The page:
Statement On Hearing Of The Senate Judiciary Committee On “Reauthorizing the USA FREEDOM Act of 2015"

This is an important hearing and I am grateful that Chairman Graham agreed to my and Senator Lee’s request to hold it.

I remain proud of our successful efforts in 2015 to pass the USA FREEDOM Act.  This law was the first major overhaul of government surveillance powers in decades. It added significant privacy protections for the American people.  Now we have the opportunity to assess, learn from, and respond to what has happened over the past four years. 

So what have we learned?  We know that the government issued only 14 CDR program orders in 2018, and yet collected over 434 million records relating to over 19 million phone numbers.  

We know of at least two incidents of significant over-collection, resulting in the NSA purging all of their records and ultimately decommissioning the program.  And we know that then-DNI Director Dan Coats acknowledged, even as he requested a permanent reauthorization of all of the authorities granted in USA FREEDOM, that the CDR program’s relative intelligence value was negligible.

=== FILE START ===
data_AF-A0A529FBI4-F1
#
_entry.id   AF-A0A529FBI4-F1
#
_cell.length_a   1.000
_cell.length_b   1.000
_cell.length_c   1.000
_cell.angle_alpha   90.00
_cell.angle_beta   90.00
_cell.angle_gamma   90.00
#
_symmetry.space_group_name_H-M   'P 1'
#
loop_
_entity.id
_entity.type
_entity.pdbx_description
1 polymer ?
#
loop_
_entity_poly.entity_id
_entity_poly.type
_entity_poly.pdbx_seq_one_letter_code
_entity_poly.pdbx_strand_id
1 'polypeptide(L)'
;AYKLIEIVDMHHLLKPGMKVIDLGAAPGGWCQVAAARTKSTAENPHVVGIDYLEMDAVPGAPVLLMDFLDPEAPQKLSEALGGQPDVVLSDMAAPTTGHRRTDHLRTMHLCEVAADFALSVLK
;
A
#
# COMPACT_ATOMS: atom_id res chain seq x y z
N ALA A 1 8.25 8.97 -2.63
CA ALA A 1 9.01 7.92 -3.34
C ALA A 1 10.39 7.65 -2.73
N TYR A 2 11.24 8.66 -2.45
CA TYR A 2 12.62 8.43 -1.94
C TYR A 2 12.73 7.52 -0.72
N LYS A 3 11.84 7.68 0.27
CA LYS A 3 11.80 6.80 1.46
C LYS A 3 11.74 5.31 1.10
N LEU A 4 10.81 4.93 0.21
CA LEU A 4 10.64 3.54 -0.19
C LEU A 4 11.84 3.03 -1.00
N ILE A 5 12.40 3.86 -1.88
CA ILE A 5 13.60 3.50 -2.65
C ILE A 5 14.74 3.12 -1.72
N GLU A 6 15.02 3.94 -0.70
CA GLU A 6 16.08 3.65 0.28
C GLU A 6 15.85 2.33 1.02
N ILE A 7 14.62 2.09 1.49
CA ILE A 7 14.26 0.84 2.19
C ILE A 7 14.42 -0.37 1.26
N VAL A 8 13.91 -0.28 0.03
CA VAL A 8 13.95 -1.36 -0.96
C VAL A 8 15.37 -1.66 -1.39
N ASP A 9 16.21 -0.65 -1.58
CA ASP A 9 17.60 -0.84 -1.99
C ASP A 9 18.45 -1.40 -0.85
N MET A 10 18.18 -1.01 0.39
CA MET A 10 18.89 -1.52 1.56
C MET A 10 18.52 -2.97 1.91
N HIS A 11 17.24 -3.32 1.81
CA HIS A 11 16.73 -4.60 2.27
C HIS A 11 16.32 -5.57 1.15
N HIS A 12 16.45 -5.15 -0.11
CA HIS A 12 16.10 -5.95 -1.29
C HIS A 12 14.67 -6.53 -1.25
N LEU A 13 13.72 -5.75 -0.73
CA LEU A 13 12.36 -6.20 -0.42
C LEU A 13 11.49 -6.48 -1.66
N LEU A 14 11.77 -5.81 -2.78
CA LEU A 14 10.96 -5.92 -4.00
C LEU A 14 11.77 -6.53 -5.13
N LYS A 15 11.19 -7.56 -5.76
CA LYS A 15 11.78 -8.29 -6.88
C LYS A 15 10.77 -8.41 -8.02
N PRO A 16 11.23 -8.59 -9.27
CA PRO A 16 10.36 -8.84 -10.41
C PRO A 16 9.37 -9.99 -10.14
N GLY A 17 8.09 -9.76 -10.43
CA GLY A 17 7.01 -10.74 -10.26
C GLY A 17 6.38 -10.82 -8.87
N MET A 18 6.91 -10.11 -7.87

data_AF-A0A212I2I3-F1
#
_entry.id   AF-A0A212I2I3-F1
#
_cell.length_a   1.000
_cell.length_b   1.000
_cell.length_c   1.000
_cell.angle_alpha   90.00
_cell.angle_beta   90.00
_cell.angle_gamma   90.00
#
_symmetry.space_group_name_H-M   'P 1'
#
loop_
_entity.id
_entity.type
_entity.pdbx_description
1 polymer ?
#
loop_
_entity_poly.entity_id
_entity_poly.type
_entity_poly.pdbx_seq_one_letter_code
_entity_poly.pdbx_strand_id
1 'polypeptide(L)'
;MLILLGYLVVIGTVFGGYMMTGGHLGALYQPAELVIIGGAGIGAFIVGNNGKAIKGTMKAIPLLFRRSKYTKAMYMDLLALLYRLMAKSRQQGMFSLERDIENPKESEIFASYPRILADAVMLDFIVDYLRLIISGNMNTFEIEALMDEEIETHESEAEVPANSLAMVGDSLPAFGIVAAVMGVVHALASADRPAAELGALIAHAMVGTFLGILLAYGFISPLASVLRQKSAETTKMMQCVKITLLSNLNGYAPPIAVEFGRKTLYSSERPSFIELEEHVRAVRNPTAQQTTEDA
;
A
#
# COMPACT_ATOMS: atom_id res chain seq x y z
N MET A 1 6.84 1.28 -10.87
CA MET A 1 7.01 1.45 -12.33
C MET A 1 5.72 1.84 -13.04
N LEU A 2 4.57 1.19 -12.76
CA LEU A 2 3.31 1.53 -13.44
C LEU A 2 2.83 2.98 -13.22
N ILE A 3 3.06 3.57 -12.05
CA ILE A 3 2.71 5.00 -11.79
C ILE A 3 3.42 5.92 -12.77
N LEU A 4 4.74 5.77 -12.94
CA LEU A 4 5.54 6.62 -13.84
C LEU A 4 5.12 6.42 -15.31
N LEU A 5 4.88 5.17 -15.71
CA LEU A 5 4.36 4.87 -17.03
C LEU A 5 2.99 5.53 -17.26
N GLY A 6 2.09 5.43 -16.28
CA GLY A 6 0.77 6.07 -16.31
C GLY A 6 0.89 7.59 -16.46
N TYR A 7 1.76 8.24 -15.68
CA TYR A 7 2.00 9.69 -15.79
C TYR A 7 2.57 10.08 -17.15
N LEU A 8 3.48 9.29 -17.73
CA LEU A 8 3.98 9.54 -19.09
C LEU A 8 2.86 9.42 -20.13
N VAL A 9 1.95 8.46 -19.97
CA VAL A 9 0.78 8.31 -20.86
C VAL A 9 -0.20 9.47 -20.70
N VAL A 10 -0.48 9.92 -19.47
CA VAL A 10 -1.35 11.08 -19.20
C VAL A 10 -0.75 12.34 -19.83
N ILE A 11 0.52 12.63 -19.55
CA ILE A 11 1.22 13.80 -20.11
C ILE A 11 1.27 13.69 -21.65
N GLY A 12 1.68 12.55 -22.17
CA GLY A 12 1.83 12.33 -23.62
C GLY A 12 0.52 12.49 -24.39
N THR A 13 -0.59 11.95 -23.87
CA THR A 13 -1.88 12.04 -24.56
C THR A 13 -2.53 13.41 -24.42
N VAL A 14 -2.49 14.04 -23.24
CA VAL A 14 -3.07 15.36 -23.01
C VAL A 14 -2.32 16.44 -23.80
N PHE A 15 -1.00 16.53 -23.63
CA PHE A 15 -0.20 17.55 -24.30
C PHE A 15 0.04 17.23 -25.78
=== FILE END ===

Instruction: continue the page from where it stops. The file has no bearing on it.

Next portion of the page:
Given all that, what DON’T we know?  Unfortunately, quite a bit.  We are only a month away from these authorities expiring and we don’t know what caused the massive over-collection, what companies were responsible, or why it was not feasible for the NSA to identify or isolate the improperly produced data.

It is not as though Senator Lee and I have not tried to learn the answers to these questions.  Almost a year ago, in December 2018, Senator Lee and I wrote a letter to the DNI and Justice Department asking these and other questions.  After failing to receive a response, we wrote again in July.  Unfortunately, we never received a substantive response to either of these letters. 

Despite this, the government is now requesting the permanent reauthorization of all of the authorities granted in USA FREEDOM, including the CDR program, arguing that it might eventually be useful and technology might evolve to the point they could collect metadata in compliance with the law.  

Let me be clear.  “Maybe someday it will be of some use” and “Hopefully we will develop technologies to not again violate the law” are not appropriate justifications to reauthorize these powers. 

If, at some point in the future, the technology develops to allow for metadata collection that is appropriately limited, follows the rules, and is fair, Congress can revisit the question.  Until that time, there is no reason to reauthorize the CDR program.  We would be legislating in the dark. 

I want to again thank the Chairman for holding this hearing and I look forward to the witnesses’ testimony.  

# # # # #

Press Contact

David Carle: 202-224-3693